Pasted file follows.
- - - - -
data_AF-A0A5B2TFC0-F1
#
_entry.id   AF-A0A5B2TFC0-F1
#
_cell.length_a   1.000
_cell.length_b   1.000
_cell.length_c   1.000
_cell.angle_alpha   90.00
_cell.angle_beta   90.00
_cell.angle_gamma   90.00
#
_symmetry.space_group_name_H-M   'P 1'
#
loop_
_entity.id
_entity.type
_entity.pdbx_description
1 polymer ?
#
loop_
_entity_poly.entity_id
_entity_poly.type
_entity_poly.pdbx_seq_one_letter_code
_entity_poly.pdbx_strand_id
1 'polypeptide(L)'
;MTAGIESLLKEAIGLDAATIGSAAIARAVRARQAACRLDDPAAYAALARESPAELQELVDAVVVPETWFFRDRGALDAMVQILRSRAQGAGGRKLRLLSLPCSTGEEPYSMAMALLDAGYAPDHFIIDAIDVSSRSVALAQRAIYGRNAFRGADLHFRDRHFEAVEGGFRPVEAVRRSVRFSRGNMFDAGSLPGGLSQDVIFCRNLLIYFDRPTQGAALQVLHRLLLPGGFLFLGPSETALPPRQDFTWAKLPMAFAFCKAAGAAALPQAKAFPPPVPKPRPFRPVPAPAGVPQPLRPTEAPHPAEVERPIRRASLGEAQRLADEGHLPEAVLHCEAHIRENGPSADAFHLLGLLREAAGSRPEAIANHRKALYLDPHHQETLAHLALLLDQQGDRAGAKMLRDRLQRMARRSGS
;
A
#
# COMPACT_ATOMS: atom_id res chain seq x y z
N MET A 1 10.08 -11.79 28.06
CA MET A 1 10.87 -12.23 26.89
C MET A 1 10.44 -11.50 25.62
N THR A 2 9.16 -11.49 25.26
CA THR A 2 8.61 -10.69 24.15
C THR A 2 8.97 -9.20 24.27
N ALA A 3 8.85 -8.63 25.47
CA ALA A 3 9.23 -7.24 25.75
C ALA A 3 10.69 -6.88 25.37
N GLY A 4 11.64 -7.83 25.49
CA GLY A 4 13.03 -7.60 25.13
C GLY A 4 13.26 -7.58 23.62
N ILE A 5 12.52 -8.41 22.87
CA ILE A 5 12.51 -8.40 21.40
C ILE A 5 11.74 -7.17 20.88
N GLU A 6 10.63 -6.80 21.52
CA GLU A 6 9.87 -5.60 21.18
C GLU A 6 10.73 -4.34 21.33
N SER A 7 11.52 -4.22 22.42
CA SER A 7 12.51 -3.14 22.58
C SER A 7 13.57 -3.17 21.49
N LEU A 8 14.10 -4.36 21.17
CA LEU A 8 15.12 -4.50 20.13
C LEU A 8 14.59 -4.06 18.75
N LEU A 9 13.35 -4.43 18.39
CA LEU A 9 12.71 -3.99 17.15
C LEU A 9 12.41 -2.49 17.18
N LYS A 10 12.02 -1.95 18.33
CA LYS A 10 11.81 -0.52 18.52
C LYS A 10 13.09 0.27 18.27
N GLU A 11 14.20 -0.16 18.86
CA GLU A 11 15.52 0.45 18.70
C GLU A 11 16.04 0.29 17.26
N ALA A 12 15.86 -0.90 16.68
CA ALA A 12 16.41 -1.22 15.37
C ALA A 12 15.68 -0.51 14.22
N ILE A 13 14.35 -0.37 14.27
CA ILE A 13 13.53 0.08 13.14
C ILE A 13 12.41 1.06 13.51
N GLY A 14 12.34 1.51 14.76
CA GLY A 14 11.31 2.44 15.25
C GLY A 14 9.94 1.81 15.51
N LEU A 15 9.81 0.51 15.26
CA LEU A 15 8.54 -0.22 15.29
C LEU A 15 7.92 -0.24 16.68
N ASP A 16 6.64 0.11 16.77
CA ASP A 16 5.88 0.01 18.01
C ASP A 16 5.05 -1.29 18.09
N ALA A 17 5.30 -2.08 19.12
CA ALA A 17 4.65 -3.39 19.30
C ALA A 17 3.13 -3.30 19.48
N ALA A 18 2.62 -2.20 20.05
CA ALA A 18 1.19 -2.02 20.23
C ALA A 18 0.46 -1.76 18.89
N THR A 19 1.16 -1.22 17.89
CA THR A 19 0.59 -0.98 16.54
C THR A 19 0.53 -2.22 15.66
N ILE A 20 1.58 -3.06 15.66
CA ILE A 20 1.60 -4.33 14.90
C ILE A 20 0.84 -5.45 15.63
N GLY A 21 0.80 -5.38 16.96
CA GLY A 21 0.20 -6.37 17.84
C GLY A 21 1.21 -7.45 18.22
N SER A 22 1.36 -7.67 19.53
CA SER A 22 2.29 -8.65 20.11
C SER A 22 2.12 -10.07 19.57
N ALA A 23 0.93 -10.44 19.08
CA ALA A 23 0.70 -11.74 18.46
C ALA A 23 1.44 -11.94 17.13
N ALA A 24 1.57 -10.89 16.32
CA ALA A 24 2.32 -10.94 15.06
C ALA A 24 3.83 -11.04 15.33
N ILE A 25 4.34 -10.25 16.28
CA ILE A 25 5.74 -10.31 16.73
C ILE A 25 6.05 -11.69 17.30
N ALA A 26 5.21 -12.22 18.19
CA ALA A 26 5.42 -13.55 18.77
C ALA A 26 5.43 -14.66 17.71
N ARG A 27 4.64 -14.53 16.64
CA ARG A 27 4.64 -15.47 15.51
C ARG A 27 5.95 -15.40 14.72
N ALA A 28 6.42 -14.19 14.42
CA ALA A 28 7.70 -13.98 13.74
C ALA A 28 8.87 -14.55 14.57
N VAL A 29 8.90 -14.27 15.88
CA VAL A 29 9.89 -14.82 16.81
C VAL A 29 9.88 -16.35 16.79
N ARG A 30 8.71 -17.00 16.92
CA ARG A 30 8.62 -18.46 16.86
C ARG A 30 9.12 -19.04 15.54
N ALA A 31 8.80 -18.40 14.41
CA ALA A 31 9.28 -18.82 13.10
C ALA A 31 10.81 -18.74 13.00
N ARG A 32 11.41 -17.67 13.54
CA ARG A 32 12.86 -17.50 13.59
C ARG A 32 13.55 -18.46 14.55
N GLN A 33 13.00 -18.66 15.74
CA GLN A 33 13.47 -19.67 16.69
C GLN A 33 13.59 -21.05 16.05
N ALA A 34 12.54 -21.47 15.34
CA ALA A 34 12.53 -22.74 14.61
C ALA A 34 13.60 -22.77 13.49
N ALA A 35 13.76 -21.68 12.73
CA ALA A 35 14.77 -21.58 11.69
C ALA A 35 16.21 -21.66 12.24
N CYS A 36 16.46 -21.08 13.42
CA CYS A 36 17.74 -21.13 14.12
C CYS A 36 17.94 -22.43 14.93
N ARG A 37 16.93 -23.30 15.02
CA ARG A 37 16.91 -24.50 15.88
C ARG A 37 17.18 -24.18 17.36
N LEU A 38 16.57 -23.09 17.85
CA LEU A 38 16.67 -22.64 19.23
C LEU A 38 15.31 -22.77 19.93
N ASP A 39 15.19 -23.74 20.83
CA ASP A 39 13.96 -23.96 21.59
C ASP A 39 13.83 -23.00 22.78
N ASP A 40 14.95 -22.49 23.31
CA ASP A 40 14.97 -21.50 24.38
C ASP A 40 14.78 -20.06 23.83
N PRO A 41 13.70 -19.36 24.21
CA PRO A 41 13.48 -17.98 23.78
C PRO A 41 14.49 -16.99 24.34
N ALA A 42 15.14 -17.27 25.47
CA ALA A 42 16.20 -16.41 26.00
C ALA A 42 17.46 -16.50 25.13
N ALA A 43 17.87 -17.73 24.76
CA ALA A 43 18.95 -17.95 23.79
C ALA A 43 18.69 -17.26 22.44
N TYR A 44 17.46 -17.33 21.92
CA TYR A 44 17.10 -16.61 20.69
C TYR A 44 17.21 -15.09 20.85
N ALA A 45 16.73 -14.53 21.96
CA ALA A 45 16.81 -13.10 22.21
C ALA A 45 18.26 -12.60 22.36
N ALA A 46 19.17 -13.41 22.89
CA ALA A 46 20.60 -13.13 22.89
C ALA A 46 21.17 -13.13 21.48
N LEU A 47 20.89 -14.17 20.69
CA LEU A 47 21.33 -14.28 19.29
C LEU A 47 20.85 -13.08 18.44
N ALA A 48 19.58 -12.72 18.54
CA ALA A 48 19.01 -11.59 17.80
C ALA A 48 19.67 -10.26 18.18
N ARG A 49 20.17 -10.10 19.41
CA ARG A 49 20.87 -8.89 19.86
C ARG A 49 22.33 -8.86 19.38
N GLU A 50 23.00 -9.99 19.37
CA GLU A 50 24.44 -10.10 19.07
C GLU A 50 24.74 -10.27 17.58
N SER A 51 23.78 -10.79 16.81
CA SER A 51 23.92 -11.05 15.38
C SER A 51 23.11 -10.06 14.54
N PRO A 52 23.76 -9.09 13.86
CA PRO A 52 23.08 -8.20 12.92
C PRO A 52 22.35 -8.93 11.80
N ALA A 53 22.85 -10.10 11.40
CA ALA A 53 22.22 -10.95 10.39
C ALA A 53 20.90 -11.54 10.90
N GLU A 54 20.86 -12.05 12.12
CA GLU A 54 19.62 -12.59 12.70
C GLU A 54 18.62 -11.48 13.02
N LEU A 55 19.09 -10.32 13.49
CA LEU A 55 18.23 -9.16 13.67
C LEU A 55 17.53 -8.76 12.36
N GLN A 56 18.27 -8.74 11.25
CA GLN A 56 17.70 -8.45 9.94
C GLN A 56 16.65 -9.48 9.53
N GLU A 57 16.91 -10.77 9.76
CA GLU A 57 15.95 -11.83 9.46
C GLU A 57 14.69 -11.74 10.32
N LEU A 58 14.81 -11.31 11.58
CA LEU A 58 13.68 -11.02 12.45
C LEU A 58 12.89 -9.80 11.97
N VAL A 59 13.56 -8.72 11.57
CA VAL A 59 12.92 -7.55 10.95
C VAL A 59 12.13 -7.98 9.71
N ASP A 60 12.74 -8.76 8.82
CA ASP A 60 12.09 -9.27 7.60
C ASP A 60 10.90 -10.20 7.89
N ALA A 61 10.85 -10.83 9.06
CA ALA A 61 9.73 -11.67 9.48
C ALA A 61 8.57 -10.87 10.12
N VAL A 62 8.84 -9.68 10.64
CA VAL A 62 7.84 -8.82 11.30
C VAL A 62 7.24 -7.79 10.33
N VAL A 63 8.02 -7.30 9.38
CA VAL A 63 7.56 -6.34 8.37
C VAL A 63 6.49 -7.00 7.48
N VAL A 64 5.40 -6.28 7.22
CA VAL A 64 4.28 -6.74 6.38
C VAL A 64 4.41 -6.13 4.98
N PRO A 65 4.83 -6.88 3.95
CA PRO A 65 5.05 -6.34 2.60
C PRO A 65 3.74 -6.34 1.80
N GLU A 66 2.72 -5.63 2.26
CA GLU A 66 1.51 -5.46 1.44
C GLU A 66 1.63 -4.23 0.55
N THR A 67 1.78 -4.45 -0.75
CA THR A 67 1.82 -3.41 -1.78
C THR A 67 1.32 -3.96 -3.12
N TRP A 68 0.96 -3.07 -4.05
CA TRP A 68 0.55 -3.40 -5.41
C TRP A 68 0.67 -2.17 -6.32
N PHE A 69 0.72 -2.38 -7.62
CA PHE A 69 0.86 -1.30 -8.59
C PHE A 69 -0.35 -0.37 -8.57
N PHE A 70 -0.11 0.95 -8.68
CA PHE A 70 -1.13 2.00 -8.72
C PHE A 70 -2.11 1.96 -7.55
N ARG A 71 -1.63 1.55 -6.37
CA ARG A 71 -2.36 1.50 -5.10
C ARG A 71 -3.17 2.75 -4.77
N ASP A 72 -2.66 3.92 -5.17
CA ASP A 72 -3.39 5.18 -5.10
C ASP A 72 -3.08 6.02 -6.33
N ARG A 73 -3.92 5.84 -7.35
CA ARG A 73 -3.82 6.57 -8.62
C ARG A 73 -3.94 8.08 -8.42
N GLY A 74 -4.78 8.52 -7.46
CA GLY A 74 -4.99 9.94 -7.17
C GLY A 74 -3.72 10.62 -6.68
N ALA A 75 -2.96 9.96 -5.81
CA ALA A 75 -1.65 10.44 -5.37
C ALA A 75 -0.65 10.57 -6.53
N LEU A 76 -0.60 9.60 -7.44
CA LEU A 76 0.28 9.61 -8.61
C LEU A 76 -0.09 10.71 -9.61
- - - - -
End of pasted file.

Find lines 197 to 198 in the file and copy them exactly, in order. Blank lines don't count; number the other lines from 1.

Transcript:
CA GLN A 56 17.70 -8.45 9.94
C GLN A 56 16.65 -9.48 9.53